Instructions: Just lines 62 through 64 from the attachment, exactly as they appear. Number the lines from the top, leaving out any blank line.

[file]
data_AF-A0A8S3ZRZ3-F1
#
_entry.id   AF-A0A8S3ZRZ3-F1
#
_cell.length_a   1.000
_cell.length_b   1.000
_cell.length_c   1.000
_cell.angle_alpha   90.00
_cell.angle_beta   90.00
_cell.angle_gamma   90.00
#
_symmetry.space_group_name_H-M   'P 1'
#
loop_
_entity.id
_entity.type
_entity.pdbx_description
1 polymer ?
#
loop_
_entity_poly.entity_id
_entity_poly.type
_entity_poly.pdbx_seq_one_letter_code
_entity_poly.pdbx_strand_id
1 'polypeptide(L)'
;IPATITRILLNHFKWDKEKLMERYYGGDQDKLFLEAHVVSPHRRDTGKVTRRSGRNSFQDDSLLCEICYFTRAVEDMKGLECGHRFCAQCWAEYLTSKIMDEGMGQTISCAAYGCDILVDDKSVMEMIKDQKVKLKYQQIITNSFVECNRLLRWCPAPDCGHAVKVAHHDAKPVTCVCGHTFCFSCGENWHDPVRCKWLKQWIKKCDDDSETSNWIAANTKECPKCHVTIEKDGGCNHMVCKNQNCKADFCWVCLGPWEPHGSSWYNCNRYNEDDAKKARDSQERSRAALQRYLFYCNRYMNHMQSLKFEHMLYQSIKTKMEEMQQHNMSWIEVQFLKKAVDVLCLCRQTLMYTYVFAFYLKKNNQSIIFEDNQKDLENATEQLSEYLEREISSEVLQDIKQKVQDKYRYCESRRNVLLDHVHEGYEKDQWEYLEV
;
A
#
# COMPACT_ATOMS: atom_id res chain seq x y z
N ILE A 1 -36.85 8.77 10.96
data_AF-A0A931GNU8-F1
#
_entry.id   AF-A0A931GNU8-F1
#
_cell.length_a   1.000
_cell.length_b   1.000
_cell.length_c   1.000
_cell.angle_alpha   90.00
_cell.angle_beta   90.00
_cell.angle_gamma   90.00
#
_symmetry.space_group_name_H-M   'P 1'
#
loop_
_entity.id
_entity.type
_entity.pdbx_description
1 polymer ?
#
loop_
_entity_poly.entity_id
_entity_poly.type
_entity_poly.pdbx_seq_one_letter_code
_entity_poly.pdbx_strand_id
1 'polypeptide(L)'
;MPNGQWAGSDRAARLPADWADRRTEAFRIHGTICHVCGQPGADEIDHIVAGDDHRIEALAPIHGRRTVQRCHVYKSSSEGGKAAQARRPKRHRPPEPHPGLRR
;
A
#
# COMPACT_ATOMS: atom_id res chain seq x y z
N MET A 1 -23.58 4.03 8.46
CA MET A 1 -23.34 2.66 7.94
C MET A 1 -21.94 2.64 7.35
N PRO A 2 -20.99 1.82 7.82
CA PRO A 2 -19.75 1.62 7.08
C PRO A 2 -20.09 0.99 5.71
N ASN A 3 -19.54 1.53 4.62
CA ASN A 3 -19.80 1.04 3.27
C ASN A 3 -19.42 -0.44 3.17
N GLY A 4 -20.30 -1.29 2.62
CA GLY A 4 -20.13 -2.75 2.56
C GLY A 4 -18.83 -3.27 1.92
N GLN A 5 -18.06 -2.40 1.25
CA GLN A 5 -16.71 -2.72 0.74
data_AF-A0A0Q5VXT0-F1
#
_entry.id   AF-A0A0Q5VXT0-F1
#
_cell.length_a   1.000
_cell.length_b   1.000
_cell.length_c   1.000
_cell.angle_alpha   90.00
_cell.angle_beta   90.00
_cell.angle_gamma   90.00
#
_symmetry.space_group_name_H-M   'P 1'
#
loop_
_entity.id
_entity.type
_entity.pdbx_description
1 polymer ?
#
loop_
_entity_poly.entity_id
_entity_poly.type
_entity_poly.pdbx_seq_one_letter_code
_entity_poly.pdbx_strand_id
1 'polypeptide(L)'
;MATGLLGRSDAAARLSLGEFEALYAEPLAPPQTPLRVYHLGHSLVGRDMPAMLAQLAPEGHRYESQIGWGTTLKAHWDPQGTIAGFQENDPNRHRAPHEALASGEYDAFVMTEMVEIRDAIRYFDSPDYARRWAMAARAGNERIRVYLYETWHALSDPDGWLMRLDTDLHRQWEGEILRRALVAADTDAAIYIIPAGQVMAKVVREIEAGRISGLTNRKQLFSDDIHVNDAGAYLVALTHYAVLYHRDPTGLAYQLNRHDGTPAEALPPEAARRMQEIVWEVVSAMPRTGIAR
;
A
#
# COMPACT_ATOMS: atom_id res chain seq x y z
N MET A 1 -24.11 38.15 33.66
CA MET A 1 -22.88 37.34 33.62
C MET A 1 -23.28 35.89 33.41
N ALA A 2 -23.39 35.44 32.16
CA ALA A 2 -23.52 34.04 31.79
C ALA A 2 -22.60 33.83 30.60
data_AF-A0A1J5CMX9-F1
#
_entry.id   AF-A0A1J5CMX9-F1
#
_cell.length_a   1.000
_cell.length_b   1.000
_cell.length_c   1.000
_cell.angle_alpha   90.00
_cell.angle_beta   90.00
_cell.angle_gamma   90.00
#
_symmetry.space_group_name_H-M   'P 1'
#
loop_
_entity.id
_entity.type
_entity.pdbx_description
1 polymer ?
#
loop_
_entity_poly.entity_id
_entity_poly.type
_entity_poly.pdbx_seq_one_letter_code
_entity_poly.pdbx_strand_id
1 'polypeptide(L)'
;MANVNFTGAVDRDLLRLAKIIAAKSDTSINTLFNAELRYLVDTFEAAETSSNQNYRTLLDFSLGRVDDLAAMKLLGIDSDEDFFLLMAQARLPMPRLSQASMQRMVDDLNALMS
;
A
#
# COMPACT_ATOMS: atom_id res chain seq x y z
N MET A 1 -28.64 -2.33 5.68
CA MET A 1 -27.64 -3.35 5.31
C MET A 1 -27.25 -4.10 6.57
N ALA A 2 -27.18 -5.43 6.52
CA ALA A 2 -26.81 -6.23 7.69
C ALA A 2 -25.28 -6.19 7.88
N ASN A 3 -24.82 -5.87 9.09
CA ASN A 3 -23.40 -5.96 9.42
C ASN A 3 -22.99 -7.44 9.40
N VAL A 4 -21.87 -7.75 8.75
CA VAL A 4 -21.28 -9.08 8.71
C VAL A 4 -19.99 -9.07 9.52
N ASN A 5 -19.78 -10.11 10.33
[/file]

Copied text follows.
N MET A 1 -23.58 4.03 8.46
CA MET A 1 -23.34 2.66 7.94
C MET A 1 -21.94 2.64 7.35